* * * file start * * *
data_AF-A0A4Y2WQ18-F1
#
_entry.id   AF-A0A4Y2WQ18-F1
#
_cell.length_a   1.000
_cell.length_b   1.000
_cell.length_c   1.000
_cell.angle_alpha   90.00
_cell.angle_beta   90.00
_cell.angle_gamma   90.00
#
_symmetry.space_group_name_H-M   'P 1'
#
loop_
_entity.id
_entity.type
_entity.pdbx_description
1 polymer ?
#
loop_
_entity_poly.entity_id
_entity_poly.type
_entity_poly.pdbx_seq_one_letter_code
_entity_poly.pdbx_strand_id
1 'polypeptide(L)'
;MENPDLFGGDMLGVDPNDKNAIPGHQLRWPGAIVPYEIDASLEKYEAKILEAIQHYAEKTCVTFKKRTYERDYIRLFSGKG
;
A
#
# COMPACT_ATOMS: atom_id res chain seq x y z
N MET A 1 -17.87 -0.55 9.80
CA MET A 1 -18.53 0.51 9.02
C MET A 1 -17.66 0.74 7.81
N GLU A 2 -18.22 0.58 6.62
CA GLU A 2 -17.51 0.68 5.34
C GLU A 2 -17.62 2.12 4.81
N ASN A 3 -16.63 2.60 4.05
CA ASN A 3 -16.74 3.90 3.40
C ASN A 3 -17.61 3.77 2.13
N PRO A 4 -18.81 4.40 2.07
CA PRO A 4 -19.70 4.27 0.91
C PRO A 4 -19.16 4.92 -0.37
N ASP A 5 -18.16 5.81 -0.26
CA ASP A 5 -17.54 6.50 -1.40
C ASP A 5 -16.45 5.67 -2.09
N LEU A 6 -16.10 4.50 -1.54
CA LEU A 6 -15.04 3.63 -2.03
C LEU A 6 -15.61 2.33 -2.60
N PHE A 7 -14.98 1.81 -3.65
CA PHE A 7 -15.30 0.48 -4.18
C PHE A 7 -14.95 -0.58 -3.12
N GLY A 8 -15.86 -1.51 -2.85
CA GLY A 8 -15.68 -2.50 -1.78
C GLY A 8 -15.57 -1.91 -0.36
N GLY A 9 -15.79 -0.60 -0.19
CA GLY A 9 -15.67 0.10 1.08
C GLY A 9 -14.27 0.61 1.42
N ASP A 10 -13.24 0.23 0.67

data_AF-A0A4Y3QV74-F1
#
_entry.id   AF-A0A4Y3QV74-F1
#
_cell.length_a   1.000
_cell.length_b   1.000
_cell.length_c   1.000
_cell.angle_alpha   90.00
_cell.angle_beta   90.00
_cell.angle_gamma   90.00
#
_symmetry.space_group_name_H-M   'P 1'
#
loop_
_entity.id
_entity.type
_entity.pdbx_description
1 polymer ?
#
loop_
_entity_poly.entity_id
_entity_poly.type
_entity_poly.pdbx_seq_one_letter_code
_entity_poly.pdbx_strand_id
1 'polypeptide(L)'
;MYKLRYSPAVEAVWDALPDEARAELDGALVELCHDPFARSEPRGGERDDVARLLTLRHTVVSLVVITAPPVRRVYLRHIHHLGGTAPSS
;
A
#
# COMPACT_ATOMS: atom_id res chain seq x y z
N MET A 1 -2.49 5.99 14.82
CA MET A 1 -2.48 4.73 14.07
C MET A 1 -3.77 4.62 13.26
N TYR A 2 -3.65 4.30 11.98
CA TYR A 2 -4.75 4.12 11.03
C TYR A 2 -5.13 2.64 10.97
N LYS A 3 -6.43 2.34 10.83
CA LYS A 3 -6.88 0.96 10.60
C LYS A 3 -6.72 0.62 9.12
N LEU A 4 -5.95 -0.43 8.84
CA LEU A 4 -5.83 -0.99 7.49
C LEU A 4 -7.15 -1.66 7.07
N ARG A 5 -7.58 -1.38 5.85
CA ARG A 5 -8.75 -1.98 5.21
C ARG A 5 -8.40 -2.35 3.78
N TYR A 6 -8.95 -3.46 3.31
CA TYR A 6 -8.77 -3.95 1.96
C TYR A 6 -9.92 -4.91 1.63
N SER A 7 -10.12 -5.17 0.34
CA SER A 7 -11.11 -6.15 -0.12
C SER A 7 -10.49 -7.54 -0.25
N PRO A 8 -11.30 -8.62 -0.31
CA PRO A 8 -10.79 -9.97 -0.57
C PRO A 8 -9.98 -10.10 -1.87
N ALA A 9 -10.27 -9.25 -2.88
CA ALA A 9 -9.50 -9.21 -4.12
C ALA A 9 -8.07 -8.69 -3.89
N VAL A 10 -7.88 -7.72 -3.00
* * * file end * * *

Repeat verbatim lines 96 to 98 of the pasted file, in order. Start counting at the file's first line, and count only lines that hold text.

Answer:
CA LYS A 3 -6.88 0.96 10.60
C LYS A 3 -6.72 0.62 9.12
N LEU A 4 -5.95 -0.43 8.84